Last Thursday, a Daily viewpoint written by Associate Rackham Dean Peggy McCracken extolled the virtues of the Rackham Graduate School’s proposed continuous enrollment policy (More guidance for graduates, 03/02/09). According to McCracken, the proposal represents a common sense way to improve faculty mentorship of graduate students and cut the 33 percent drop-out rate of Ph.D. students at the University.

Yet in a survey conducted last month by Rackham Student Government, 807 of the 1,241 graduate-student respondents who knew of the proposed policy thought it would affect them negatively. We graduate students may be notoriously paranoid about administration. But this time, we have good reason.

The truth is this: Rackham’s continuous enrollment proposal is fatally flawed. It is poorly designed without meaningful input from the students and departments that it purports to help. Administrators are using laughable arguments to support it. And we must stop it.

Continuous enrollment is simple in theory. Many Ph.D. students who have completed coursework and taken preliminary exams have a status called detached study, which means they’re not officially registered and don’t pay tuition. Many of these students conduct research at locations far from Ann Arbor. Continuous enrollment would require all graduate students to register each semester. Rackham Dean Janet Weiss claims the policy would result in no changes in financial aid — tuition for all candidates would be cut to free up funding for tuition waivers for candidates on detached study.

Weiss and McCracken have argued repeatedly that having students enrolled at all times increases Ph.D. completion rates and decreases the time to degree by creating a closer relationship between Ph.D. students and their advisers. These arguments are reasonable — except there is no empirical evidence supporting them.

On its website, Rackham links to a document entitled “Doctoral Degree Completion: Conceptual Framing” to support its proposed policy. The document, developed by the University’s Center of the Study of Higher and Postsecondary Education, stresses that inclusive faculty-student interactions, adequate funding and other research and healthcare support for graduate students have improved completion rates.

The logical course of action would be to directly address the underlying problems of inadequate funding packages by developing effective faculty mentoring programs — especially for culturally marginalized students — and expanding mental health services. Instead, Weiss and McCracken express the naïve belief that requiring advisors to certify their students are enrolled every term will magically tighten the advisor-student bond and increase completion rates. Yet in February, when an organization of graduate students called Continuous Enrollment Working Group (of which I am a member) sent Rackham a letter with specific questions challenging the scholarly support of Continuous Enrollment, the reply ignored our questions and instead offered empty platitudes about continued communication.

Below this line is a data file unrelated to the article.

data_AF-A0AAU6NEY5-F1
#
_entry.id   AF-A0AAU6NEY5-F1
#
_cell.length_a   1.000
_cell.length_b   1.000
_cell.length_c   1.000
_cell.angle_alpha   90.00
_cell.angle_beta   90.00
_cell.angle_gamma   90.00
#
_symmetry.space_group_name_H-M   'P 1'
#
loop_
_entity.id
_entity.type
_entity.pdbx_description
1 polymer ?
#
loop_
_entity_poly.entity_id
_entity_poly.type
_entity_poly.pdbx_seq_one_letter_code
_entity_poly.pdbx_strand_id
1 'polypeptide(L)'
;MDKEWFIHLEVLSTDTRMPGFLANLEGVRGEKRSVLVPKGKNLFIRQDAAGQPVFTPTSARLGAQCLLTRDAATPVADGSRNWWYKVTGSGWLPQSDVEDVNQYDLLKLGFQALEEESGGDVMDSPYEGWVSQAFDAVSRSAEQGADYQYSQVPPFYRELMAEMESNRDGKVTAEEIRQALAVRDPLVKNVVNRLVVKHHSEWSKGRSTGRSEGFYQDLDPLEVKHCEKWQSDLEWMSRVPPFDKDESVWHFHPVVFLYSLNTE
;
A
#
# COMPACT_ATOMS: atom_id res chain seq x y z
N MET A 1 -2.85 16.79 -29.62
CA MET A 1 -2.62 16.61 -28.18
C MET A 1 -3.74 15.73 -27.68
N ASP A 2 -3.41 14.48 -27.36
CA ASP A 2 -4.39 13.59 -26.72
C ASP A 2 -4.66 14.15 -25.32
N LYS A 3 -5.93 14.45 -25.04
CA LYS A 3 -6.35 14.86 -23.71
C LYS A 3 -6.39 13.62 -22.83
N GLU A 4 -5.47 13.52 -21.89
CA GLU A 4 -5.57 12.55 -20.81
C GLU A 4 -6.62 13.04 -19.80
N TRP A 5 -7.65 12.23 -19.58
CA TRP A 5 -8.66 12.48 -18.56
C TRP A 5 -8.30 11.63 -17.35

This attitude has been typical of Rackham administrators throughout the process. Far from “benefitting greatly from numerous discussions with students, faculty, program directors and chairs,” as McCracken blithely claims in her viewpoint, the development of the program has been conducted in an arrogant, top-down fashion with little involvement of the students who continuous enrollment claims to help and faculty who will have to make the program work.

The Rackham Advisory Board approved the measure with little advance notice on Dec. 10, conveniently at the end of the fall term. Weiss announced the decision on Dec. 17, which stunned many graduate students with concerns about the proposal. To this day, although she has met with representatives of CEWG, Weiss has refused to provide substantive written answers to questions from concerned students, instead referring us to the empty rhetoric of Rackham’s website.

But despite its aura of inevitability, we can still stop the continuous enrollment steamroller. On April. 16, the University Board of Regents needs to approve tuition changes that make the policy work. CEWG has already signed up a pair of speakers to oppose the policy at the meeting, but we need more. With the support of the Graduate Employees’ Organization, CEWG will be staging a protest prior to the regents’ meeting. Show up and make your voice heard. Talk to your GEO Steward for more information. In addition, talk with your faculty advisors and department chairs about this policy and encourage them to express their concerns to Rackham. Finally, contact the nine regents ( and let them know your views.

Together, we can force Rackham to abandon this ill-considered policy change. Then, Ph.D. students, faculty members and Weiss can all sit down as equals and develop a policy that adequately addresses the needs of students.

Patrick O’Mahen can be reached at

Leave a comment

Your email address will not be published.